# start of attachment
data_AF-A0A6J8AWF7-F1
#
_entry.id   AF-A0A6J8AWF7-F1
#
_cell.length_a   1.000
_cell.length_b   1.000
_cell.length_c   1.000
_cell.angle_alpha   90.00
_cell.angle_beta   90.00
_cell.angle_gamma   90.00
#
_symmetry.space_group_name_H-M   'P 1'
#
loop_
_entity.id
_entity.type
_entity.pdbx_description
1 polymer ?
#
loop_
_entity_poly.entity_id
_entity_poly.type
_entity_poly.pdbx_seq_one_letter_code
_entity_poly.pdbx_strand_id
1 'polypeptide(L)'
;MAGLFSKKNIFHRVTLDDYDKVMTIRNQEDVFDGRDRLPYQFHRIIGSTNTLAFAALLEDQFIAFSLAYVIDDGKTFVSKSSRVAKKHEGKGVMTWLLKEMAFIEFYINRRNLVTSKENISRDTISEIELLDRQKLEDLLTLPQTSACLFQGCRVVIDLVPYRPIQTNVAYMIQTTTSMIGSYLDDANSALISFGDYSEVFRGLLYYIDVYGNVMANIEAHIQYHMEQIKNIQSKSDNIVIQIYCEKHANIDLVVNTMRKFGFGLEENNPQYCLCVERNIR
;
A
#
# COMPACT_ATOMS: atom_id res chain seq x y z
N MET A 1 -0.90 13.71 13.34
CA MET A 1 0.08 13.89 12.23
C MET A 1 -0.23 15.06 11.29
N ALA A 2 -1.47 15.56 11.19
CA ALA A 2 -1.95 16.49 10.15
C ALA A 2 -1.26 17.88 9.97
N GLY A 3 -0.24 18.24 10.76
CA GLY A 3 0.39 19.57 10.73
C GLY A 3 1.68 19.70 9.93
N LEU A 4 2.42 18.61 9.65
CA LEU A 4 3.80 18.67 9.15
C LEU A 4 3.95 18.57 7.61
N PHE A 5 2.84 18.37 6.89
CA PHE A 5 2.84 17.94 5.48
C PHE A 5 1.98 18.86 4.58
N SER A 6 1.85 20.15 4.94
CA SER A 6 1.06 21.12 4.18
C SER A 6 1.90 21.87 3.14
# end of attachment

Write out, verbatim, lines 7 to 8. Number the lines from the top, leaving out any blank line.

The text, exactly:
_cell.length_c   1.000
_cell.angle_alpha   90.00